SAINT PAUL, Minn. – Rep. Jamie Long (DFL – Minneapolis) and Sen. Lindsey Port (DFL – Burnsville) have introduced a bill to give the Minnesota legislature the opportunity to meet year-round. Under this legislation, Minnesotans would be able to vote for a constitutional amendment that removes restrictions on when the state legislature can meet for regular session.
“The state’s challenges don’t stop in May, and we shouldn’t stop working for the people then either,” said Rep. Long. “We should follow the lead of states like Wisconsin, Michigan, and Ohio by stepping up to meet the complex issues of a 21st century economy.”
Under current law, the state legislature can’t meet in regular session for more than 120 total legislative days or after the first Monday following the third Saturday in May. A constitutional amendment is required to remove these restrictions. The legislation introduced by Rep. Long and Sen. Port would give Minnesotans a chance to vote on the proposed amendment during the 2022 general election.
“Being a legislator should not require you to be independently wealthy,” said Sen. Port. “We lose talented legislators every session because they struggle to manage what for all practical purposes is a full-time job with the need for other employment.”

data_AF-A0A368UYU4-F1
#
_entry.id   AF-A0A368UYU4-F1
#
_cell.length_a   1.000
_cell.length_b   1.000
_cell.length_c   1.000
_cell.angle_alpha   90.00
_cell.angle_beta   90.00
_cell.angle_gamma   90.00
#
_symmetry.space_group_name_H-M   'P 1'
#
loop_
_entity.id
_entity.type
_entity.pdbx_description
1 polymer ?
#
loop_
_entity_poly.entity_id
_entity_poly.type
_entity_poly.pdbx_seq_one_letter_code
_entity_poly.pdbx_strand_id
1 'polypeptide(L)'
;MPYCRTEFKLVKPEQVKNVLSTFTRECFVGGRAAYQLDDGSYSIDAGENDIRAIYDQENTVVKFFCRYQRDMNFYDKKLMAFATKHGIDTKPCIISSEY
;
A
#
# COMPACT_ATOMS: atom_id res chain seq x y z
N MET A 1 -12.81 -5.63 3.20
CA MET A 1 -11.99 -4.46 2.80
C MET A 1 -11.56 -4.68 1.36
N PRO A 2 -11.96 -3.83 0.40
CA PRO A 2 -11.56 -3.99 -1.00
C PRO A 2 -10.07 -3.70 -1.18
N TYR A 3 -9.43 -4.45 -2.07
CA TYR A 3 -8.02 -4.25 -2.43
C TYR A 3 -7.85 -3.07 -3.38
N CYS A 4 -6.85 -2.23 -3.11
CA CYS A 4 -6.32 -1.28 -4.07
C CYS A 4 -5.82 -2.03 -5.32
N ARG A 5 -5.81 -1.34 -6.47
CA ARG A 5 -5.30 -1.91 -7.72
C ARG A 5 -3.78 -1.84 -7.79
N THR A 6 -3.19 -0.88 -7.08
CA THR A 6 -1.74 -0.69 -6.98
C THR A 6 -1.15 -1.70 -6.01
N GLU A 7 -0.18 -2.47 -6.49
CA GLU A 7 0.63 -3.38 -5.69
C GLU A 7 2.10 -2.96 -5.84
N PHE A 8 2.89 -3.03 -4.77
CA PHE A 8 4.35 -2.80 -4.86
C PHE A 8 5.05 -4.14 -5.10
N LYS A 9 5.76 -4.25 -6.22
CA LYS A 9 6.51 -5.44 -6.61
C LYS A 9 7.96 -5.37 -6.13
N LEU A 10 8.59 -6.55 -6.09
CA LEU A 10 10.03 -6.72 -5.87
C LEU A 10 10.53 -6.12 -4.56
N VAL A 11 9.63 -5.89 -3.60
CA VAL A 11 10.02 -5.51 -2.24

In Minnesota, most legislators need to have a job outside of the legislature in order to make a living. This may be a barrier for low- and middle-income Minnesotans. It can also lead to high turnover rates, which reduce the number of experienced legislators serving in state government and make members more reliant on lobbyists.
"The short timeframe for the Legislative Session makes it incredibly difficult for legislators to give the attention needed to all of the critical issues facing Minnesotans,” said Speaker Melissa Hortman. “Moving to a full-time Legislature would give Minnesotans a greater voice in their government and more time for us to more thoroughly address the problems we face.”
Ten states currently have full-time legislatures, including Wisconsin, Michigan, Ohio, and Illinois. In most of these states, there are no restrictions on when legislators can meet, and the regular session is significantly longer in states that still have some restrictions. Serving in the legislature is a full-time job, and lawmakers are compensated accordingly. Most can make a living without taking a second position outside of the legislature.
“The compressed schedule forces us to legislate using a handful of large omnibus bills,” said Minority Leader Melisa López Franzen. “The public and legislators would be better served if we had the time to dedicate to debate on individual bills.”
Budget forecasts are released every year in late February, giving legislators less than three months to determine how billions of dollars will be allocated. Lawmakers are also responsible for considering and passing hundreds of policies during this brief period. The compressed schedule may force legislators to focus on developing a budget, which means spending less time on policy work. It also forces legislators to rely on omnibus bills, packages of legislation that may contain dozens of individual bills.